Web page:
STIs affect fertility
Can’t conceive? Your past sex life could have damaged your fertility.
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With the emphasis on HIV, other STIs have become a secondary concern. Diseases that were once known as life-threatening such as syphilis and gonorrhoea are more treatable than ever. HIV gets more media attention, and the other STIs are mentioned in passing.

This comfortable acceptance of these other STIs is a mistake, especially for couples who want to start a family. Both syphilis and gonorrhoea are among the top causes of infertility, along with other STIs such as chlamydia, pelvic inflammatory disease (PID) and HPV (the virus that causes genital warts). 

Living in Africa, we are more susceptible to the effects of these illnesses on our reproductive future: ‘STD-related infertility occurs three times more often in Africa than in other parts of the world, while one in ten US couples are affected,’ according to the American Fertility Association.

Chlamydia is one of the most common STIs and - because it is often symptom-free - may affect fertility without the couple even knowing they have become infected. Like other STIs, it affects fertility in both men and women.

HIV and fertility

According to, fertility is reduced in women who are HIV-positive. This is particularly true in later stages of HIV infection.

Fertility is on the decrease in South Africa, according to a report by the HSRC (Human Sciences Research Council), and we have one of the lowest fertility rates in Africa. When it comes to keep population growth under control, this is a good thing. But behind the statistic lies a complicated set of factors, included the effect of HIV on fertility.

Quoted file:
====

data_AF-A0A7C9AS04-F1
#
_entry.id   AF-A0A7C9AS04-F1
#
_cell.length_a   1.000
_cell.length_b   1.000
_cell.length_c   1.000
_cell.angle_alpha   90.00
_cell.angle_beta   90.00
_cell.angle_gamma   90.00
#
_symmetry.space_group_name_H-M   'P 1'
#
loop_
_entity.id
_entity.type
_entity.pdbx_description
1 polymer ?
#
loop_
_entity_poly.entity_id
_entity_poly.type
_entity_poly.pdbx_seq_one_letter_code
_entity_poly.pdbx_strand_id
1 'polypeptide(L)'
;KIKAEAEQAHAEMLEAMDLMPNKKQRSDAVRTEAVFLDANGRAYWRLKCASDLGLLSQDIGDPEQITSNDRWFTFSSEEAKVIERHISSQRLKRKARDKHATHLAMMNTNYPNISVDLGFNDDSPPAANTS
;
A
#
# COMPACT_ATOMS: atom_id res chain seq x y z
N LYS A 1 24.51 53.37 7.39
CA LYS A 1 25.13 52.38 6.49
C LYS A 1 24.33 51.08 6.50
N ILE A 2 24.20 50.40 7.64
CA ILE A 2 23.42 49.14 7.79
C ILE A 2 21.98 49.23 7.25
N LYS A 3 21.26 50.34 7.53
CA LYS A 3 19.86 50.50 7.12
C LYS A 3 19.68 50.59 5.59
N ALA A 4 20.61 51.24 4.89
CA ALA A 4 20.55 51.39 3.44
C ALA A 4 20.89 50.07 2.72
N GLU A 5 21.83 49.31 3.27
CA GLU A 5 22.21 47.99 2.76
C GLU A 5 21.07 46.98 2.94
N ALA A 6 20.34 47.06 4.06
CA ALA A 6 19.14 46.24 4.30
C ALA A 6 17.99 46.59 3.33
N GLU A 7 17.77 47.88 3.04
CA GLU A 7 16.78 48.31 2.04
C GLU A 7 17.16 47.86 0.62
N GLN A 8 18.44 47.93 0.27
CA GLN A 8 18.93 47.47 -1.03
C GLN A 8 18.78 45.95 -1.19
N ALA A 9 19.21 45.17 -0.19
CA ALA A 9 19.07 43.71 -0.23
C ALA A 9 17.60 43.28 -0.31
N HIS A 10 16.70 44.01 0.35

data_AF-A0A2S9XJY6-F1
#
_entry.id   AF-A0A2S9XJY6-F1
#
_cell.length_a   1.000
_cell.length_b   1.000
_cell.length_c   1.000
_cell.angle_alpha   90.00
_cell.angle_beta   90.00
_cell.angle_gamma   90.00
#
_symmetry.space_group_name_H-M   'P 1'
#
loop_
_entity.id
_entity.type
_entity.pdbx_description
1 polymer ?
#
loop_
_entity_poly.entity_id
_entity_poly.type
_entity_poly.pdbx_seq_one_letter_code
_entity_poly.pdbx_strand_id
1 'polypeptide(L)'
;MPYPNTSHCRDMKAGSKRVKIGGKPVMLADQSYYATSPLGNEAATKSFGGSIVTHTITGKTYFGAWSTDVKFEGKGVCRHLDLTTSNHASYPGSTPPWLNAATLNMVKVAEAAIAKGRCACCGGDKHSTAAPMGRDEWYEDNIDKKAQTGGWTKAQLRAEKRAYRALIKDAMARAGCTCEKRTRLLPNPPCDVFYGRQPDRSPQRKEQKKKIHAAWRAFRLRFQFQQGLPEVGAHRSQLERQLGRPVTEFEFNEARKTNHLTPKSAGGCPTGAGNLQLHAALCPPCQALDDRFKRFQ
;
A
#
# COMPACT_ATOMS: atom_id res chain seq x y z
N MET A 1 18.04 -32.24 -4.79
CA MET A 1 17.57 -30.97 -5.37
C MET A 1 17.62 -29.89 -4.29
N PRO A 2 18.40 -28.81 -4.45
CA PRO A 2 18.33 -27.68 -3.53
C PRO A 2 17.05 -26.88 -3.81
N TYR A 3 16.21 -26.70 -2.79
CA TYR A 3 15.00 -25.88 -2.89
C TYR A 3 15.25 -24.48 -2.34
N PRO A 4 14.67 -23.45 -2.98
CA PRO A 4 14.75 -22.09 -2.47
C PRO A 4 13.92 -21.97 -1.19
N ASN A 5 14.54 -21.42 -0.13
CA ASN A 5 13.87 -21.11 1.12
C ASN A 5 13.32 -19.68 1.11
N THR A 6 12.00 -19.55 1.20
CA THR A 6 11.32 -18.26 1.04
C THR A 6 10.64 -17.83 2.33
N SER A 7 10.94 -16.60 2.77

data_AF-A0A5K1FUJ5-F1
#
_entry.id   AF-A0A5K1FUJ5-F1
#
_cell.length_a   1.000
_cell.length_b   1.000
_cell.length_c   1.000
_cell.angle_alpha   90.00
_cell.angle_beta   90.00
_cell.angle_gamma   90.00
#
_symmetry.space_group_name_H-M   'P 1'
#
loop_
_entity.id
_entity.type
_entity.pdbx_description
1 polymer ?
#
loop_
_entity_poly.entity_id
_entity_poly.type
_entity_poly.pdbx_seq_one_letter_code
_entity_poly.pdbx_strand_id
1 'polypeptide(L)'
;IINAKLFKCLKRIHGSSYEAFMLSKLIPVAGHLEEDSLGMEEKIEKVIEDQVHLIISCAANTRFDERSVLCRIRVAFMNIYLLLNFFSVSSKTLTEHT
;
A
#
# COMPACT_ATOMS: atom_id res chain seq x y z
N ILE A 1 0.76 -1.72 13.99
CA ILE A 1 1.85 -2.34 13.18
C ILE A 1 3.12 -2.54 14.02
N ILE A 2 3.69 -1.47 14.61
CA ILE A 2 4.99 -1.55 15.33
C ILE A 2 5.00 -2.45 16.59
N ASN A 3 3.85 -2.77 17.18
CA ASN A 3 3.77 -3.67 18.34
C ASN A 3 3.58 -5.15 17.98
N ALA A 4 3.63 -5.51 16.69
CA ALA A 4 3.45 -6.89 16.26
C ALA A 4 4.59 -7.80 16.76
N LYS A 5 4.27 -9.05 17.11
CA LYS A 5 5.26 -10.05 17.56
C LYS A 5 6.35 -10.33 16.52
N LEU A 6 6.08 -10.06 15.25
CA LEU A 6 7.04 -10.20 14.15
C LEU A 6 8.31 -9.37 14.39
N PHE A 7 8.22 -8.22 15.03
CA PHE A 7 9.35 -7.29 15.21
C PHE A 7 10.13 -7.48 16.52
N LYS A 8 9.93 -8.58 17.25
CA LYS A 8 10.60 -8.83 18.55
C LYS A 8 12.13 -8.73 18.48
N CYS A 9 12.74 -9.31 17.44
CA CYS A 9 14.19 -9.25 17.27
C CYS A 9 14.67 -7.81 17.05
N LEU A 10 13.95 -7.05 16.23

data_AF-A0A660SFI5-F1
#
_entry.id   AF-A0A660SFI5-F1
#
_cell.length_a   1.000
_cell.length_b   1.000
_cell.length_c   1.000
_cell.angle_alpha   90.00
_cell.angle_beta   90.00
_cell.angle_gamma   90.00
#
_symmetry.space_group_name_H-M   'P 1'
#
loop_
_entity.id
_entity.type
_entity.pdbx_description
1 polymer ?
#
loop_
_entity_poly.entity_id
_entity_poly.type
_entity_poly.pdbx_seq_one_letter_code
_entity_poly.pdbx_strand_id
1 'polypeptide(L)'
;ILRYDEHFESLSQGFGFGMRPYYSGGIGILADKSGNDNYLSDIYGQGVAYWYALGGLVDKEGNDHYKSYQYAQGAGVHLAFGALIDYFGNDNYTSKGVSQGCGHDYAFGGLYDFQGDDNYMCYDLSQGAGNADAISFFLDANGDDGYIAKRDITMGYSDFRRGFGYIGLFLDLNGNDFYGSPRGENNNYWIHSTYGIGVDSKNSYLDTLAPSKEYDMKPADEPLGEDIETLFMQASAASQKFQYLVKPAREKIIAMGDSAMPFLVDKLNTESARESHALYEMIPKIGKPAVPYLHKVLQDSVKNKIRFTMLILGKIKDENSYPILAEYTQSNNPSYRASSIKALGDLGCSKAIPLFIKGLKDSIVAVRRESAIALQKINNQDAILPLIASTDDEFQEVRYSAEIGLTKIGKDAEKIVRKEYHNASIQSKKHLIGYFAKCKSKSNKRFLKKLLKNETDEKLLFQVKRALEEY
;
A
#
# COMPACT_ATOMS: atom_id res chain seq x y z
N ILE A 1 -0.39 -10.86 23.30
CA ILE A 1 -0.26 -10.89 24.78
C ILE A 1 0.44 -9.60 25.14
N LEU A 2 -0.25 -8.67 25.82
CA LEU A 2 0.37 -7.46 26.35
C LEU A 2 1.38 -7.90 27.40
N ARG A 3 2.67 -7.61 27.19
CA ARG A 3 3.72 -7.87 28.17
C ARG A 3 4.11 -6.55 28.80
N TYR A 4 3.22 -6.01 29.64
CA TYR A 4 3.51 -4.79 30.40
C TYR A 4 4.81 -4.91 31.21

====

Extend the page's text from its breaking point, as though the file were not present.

The report suggests that, in addition to physical factors that may reduce fertility, the way we behave in relation to HIV will also reduce overall fertility. Increased use of condoms among young people is a possible factor, as is the fact that HIV-positive women who fall pregnant face more complications.

Get tested for STIs

If you have been trying to fall pregnant for more than a year and not succeeded, ask your doctor to check for signs that you may be, or may have been infected with an STI. This will give a better idea of how your fertility treatment should progress, as some damage may mean that natural conception is unlikely at best.

The more you know about the causes of infertility, the better your chances of making the move from TTC to welcoming a new family member.

Visit Health24 for more detail on specific STIs.

Has an STI affected your fertility? Comment in the box below.

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